Roger Federer beats Andy Roddick in 3 sets; Venus Williams gets Justine Henin next
NEW YORK (AP) -- For two sets against Roger Federer at the U.S. Open, Andy Roddick was very good, quite possibly as good as he can be.
For two sets, Roddick banged big serves at up to 146 mph, collecting aces and service winners and never double-faulting, never facing a break point.
For two sets, he conjured up groundstroke winners, strong volleys, impressive returns.
And what did all of that superb play Wednesday night earn Roddick? A two-set deficit and, eventually, a 7-6 (5), 7-6 (4), 6-2 loss in the U.S. Open quarterfinals, a round or two earlier than Roddick is accustomed to succumbing to Federer.
And accustomed Roddick most certainly is, dropping to 1-14 against the man who replaced him at No. 1 in the rankings 3 1/2 years ago and has been there since.
"I mean, I'm not walking off with any questions in my head this time. I'm not walking with my head down," Roddick said. "I played the right way."
Federer, though, reached his record 14th consecutive Grand Slam semifinal thanks in part by being barely better in each tiebreaker.
So, too, was Venus Williams earlier Wednesday, when she came back from a set and a break down to push her quarterfinal against No. 3 Jelena Jankovic into a third-set tiebreaker. Williams was solid over those decisive points, Jankovic was slightly shakier, and the American pulled out a 4-6, 6-1, 7-6 (4) victory to get back to the U.S. Open semifinals for the first time since 2002.
Next up is a match against No. 1 Justine Henin. Know this: Venus Williams watched Henin beat younger sister Serena Williams on Tuesday and wants to right the wrong.
"I wasn't happy with that result at all. I was sad that she lost. I didn't like to see her so upset," Venus said. "I definitely have to try to win for Williams."
In the other women's semifinal Friday, 2004 U.S. Open champion Svetlana Kuznetsova will face No. 6 Anna Chakvetadze.
The last two men's quarterfinals were scheduled for Thursday, with No. 3 Novak Djokovic playing No. 17 Carlos Moya, and No. 15 David Ferrer -- who upset Rafael Nadal in the fourth round -- taking on No. 20 Juan Ignacio Chela.
Federer, meanwhile, will face No. 4 Nikolay Davydenko in Saturday's semifinals. Federer is 9-0 against the Russian -- and knows that full well.
"I've got a pretty good record against him. Never lost," Federer said. "But let's not get ahead of ourselves."
Well, looking ahead a bit, a victory over Davydenko would put Federer in his 10th straight Slam final, adding to another record. And if Federer can hoist the trophy Sunday, he would become the first man since the 1920s to win the American Grand Slam four years in a row.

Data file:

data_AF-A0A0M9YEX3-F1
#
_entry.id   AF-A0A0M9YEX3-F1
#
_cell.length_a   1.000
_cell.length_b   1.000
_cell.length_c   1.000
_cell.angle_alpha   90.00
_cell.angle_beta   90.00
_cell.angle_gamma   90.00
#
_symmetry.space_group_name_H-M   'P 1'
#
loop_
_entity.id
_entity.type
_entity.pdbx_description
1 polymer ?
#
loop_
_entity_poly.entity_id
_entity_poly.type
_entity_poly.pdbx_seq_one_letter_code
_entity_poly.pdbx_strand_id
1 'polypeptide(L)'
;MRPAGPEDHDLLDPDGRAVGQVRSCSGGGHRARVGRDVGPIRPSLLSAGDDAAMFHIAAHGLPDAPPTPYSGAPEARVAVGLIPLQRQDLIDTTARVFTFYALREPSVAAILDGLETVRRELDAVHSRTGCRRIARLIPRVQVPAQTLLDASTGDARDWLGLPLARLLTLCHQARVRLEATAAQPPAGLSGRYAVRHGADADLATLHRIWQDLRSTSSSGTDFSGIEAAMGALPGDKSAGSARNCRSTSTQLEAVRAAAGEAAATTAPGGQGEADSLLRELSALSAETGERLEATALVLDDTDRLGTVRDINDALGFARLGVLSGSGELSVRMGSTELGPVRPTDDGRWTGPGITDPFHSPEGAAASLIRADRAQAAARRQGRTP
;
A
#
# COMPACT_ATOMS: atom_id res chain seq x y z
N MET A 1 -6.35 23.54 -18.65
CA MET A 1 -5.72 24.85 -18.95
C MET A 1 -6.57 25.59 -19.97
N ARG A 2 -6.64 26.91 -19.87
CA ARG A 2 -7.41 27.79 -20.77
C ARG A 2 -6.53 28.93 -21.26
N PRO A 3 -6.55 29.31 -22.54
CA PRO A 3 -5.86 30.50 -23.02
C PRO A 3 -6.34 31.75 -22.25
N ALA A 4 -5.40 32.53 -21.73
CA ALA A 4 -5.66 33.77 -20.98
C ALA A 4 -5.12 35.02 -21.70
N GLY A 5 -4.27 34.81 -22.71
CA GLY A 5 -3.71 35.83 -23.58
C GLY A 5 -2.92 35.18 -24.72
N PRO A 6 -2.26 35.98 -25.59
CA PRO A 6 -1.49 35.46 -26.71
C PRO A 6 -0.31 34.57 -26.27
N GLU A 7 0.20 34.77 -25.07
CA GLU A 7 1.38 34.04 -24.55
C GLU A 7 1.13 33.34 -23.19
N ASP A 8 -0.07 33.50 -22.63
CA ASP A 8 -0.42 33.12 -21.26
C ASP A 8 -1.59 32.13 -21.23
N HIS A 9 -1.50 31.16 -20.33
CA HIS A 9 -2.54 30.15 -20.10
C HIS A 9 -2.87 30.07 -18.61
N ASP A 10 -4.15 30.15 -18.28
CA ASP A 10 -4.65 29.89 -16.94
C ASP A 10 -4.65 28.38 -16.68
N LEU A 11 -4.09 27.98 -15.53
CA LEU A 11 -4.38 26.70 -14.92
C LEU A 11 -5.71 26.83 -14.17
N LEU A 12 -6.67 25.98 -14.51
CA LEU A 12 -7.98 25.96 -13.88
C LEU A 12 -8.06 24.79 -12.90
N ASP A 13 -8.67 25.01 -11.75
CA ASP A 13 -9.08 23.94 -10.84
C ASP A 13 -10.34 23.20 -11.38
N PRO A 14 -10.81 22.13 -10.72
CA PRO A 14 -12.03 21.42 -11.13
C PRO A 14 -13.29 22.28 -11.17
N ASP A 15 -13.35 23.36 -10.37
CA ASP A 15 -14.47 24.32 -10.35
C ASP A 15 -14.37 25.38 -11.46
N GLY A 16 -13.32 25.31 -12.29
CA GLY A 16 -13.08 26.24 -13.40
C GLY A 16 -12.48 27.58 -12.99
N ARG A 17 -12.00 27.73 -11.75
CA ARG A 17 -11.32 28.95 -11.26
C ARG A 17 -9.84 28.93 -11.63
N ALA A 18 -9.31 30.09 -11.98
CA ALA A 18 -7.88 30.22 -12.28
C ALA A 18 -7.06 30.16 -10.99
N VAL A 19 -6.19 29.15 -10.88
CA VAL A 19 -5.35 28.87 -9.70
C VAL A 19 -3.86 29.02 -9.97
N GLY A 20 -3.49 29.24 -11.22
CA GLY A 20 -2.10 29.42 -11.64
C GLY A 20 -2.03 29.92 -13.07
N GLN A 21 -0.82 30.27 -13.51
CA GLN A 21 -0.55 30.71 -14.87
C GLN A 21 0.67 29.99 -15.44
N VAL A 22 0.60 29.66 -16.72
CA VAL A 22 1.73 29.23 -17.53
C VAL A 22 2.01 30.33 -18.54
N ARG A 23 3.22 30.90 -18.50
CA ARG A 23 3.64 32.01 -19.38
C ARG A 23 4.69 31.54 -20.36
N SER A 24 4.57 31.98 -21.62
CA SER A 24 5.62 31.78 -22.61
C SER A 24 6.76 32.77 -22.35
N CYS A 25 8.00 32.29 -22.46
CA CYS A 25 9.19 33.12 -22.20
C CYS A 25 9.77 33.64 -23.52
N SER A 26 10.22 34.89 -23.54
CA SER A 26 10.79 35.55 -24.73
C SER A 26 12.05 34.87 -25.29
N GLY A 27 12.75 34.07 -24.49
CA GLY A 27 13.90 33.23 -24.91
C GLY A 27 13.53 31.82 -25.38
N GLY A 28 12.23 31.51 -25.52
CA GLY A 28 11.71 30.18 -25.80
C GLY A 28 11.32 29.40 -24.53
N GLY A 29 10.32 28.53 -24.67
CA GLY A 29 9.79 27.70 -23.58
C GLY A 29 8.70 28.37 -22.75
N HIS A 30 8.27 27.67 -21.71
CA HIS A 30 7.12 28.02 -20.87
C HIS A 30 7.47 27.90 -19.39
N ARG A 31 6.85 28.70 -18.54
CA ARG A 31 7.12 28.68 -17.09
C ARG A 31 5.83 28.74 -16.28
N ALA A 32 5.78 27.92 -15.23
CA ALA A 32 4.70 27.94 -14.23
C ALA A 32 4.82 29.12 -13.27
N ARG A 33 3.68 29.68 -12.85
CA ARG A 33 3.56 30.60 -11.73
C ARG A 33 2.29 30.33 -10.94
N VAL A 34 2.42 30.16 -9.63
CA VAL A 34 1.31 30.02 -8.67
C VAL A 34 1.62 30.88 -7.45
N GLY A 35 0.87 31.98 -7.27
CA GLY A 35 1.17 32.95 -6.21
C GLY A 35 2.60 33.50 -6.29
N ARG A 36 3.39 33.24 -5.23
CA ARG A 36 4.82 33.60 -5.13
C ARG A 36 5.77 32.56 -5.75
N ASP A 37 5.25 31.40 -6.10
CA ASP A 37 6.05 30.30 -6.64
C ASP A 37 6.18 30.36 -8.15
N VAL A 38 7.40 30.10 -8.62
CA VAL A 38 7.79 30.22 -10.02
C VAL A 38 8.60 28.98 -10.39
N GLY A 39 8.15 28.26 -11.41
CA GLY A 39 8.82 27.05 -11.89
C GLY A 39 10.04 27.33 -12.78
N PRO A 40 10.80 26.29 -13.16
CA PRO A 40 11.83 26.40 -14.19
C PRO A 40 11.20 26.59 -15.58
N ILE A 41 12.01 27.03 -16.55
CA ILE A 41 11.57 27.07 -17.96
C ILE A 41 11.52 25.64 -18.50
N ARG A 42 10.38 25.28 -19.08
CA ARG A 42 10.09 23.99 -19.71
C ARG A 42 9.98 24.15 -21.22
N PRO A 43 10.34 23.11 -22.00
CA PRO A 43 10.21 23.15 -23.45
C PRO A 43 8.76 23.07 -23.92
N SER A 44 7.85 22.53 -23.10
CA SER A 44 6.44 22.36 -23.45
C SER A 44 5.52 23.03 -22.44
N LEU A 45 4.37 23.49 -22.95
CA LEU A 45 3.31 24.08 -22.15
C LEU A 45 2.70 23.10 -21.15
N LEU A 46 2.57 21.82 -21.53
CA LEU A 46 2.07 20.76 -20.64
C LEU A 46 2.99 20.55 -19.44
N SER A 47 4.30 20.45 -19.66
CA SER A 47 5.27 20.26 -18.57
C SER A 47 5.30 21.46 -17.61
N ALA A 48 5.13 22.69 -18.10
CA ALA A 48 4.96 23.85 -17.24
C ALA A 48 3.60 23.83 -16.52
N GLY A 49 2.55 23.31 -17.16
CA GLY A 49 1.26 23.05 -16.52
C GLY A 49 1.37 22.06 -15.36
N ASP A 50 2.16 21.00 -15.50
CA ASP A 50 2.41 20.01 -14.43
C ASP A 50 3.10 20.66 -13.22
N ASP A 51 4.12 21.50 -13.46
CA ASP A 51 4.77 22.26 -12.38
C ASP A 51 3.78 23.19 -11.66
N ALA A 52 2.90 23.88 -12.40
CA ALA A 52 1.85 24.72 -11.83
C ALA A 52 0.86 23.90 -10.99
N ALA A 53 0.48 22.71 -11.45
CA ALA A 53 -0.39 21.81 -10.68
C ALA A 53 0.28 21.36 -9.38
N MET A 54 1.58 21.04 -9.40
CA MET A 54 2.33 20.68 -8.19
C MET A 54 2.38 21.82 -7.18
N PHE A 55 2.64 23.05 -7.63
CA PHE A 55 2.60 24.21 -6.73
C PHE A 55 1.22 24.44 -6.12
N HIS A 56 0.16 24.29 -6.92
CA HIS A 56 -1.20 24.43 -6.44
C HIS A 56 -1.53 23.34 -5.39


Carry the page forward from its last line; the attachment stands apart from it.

He also would up his major title total to 12, trailing only Pete Sampras, who collected 14.
Roddick is still stuck on one Slam, the 2003 U.S. Open, and has lost all six times he's faced Federer at majors. That includes last year's U.S. Open final.
So does Roddick think he can beat Federer?
"Yeah," he said. "If I didn't, I wouldn't be out here."
Early in Wednesday's match, Roddick stayed right with Federer, even strutting a bit while buoyed by a sellout crowd of 23,733 and yells of encouragement from his coach, five-time Open champ Jimmy Connors, who wore a jacket and tie for the occasion.
After holding to 4-4 in the first set with a 138 mph ace, Roddick stared down his familiar foe and bellowed. Watching from up high in the USA Network booth, Andre Agassi saw that show of emotion and sounded a word of caution.
"There's a fine line," the eight-time major champion said, "between getting pumped up and waking a sleeping giant, I assure you."
Sure enough, when it mattered the most, Federer was wide awake.
"I know that I have a big repertoire of shots and things I can choose from," Federer said. "I'm happy the way I'm maintaining this great ability of coming up with the important wins when I have to. I'm at my best always at the Slams."
There were zero breaks of serve in the first two sets, but Federer came through in the clutch.
With Federer ahead 5-4 in the first tiebreaker, Roddick smacked a 130 mph serve that Federer got back. Roddick charged the net behind a good approach shot, but Federer flicked a cross-court backhand passing winner, leaving the American cursing.
At 6-5, Federer hit a 122 mph ace and slowly punched the air to celebrate while Roddick muttered to himself.
It was almost the same in the second tiebreaker. At 4-4, Roddick unleashed a 140 mph serve, and Federer conjured up the shot of the match, a reflex backhand return that put the ball right at the opposite baseline, near Roddick's feet. Roddick couldn't handle it, and two points later, Federer's 128 mph service winner put him ahead by two sets -- and sent many in the stands streaming for the exits.
How different things could have been.
As Federer noted, matter-of-factly: "I could have been down two sets to none."
Instead, he finally earned break points while up 3-2 in the third and converted the second. Did the same at 5-2.
And that was it.
"It was a very high-standard match. I was very pleased with my performance," Federer said. "I thought actually Andy also played very well."
Then came the scariest thought of all: Federer figures he can get better -- and will work to do so.
"It would be nice," he said, "if I improve."
Nice for whom, exactly?
(Copyright 2007 by The Associated Press. All Rights Reserved.)